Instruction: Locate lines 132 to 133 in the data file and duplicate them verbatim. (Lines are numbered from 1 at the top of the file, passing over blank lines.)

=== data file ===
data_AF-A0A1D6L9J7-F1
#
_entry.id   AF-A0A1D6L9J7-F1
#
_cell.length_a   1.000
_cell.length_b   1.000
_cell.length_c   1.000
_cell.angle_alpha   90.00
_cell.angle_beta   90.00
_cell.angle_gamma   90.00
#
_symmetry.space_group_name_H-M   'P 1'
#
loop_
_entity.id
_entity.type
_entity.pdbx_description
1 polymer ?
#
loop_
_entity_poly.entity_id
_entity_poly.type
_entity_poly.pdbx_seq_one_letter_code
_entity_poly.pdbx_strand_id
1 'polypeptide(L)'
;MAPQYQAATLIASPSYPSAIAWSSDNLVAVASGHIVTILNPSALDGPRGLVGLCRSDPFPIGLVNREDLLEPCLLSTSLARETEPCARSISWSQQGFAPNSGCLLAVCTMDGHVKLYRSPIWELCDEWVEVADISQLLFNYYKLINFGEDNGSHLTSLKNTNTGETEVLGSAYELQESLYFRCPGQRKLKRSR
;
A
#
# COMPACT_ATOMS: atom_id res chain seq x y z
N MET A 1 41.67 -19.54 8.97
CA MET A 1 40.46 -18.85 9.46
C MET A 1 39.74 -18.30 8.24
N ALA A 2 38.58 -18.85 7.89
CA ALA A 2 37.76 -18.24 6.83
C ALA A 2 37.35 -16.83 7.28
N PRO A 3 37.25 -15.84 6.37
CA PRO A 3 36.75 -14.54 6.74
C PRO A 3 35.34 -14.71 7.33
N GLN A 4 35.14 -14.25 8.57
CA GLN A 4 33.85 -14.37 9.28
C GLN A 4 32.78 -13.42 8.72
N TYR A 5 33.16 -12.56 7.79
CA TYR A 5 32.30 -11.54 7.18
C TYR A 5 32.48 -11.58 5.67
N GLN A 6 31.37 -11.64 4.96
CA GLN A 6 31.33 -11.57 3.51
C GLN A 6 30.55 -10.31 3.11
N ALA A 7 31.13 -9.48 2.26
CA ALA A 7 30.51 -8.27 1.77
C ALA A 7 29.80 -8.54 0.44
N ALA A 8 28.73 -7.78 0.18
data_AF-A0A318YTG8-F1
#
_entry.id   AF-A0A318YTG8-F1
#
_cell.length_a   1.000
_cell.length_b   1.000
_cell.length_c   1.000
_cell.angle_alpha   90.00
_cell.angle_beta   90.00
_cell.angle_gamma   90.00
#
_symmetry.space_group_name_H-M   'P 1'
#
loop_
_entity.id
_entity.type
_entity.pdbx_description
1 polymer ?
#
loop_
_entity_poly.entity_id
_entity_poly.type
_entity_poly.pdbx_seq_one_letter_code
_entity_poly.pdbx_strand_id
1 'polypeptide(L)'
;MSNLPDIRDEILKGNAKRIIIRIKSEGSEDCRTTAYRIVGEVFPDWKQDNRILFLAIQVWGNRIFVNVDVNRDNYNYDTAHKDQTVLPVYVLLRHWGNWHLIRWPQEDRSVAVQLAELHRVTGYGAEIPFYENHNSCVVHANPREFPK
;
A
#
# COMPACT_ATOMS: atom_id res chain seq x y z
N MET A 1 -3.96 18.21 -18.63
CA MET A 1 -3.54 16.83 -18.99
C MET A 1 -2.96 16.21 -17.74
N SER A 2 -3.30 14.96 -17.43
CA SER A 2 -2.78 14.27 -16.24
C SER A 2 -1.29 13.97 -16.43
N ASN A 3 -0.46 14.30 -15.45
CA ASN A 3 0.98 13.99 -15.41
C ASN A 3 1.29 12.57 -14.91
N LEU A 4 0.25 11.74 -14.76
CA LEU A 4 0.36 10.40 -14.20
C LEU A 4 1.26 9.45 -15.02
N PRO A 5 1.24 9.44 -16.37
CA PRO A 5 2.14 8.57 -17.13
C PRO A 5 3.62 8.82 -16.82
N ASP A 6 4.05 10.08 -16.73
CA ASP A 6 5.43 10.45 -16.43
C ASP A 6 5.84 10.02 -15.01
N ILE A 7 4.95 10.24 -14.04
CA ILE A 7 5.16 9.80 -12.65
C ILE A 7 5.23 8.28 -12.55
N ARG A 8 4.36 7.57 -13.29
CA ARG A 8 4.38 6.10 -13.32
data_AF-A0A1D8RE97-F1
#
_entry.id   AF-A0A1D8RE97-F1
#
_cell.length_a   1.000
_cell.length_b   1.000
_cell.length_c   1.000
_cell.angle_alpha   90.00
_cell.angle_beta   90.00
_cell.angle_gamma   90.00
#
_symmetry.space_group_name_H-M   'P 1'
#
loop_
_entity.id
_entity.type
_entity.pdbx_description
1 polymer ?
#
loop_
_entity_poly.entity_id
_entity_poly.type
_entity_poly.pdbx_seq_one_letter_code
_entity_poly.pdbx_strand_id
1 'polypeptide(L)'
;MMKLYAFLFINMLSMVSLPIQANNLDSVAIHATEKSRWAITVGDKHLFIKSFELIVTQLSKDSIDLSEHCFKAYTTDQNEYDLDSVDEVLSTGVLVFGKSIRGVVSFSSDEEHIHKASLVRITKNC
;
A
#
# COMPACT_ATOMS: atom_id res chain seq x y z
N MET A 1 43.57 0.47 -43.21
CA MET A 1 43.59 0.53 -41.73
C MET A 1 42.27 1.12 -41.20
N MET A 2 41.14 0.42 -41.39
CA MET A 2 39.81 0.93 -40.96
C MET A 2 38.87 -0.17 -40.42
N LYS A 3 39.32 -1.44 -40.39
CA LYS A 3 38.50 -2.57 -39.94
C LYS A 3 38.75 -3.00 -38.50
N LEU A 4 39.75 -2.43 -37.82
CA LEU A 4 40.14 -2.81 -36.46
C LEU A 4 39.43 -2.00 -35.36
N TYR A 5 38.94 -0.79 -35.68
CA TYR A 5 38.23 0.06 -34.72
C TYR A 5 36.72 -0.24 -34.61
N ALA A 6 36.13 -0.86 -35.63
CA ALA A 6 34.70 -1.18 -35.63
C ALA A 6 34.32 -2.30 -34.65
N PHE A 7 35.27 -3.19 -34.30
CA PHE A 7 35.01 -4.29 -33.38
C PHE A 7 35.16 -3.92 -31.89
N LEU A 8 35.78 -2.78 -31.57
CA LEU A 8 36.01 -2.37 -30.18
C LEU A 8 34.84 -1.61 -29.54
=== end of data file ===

;
A